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Within the hills above the village of Tyndrum, there are the remains of lead mines that have been worked on and off for nearly six hundred years.

The earliest known record of mining in this area was in 1424. Mined for precious metals rather than lead, the mines supplied King James I with silver.

On 30 May 1730, Sir Robert Clifton signed a thirty-eight year lease with the Earl of Breadalbane to mine any metals that he could discover on the earl's estate. In 1740, he discovered lead and established Tyndrum Mine the following year. Bad debts, however, led to his imprisonment in 1745, and he gave up his lease.

The Mine Adventurers of England (1746-1760) took over after Clifton's failure. This met with the approval of the Earl of Breadalbane:

"I am sure it will be upon the whole more beneficial and much safer to do with known reputable company than with people who upon trial may be perhaps too late found unequal to the undertaking"
Earl of Breadalbane's estate papers (1746)

Later in the 18th century, the Scots Mining Company (1768-1791) operated the mine and built a smelting works nearby to turn the mined lead ore, called galena, into metal.

Mining for lead, silver and gold continued at various times into the 20th century, but with limited success, however, gold mining continues in the area today.

Visiting the mines at Tyndrum

The exact location of Tyndrum mine is grid reference NN 317 302.

It is not safe to explore the remains of mine shafts and we recommend that you do not visit this area. Care should be taken if you do access this site. Note that the mine area can be safely viewed from the Green Welly Stop.

All sites managed by Forestry and Land Scotland are open for you to explore. However, not all sites have paths or signage and some are a considerable distance from car parking. We recommend that visitors consult a detailed map and wear appropriate clothing.

Please follow the Scottish Outdoor Access Code and remember that historic sites should be treated with care and respect.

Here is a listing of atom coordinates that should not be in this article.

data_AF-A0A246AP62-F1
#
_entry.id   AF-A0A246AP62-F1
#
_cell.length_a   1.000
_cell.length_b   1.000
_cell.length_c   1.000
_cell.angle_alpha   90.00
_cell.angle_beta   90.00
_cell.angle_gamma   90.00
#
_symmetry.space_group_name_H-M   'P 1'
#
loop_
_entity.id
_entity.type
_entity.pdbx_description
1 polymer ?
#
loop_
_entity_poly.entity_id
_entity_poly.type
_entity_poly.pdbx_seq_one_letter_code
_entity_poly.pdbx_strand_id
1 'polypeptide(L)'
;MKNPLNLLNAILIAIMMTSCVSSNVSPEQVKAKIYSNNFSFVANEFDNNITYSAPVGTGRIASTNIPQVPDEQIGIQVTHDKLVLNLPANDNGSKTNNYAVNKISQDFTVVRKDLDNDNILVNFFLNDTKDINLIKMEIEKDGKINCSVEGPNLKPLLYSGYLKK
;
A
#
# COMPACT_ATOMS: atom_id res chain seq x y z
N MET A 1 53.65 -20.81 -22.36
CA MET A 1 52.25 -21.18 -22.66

An unprofitable mine

After the Scots Mining Company shut down at Tyndrum in 1791, a friend of the Earl of Breadalbane wrote

"I suspect there is little chance of Tyndrum ever turning out to profit, even if adventurers can be found to speculate upon it"
Letter written by Mr Campbell of Lochard, dated 6 of February 1791, quoted by T.C. Smout (1967) in "Lead Mining in Scotland"

Campbell did not know how true his words were, however, many adventurers still tried their luck to mine at Tyndrum over the following decades. They failed, due to the difficulty of mining enough lead to cover the costs of their activities.

Tyndrum heritage

The 1st edition Ordnance Survey 6-inch map (1864-67) shows the location of the old Tyndrum mines.

The 2nd Marquess of Breadalbane

One of the strangest examples was in 1838, when the landowner, the 2nd Marquess of Breadalbane, re-opened the mines himself. Over twenty-seven years the mines made a total loss of over £36,500; this would be over 30 million today.

He kept the mines working, despite making a loss, to create jobs for locals. Yet at the same time, he treated staff badly. His German mine managers did not approve of the treatment of the workforce.

"It may look very well on the books, [but] it is only an illusion that a man will work with too low wages," from letters from S. Rechtendrop and H Odenheimer written in 1847, quoted by T.C. Smout (1967) in Lead Mining in Scotland.

The German managers believed that he saw the mine as an expensive ornament to show off.  He could use it to demonstrate that he was doing something noble for the people who had no jobs on his land.

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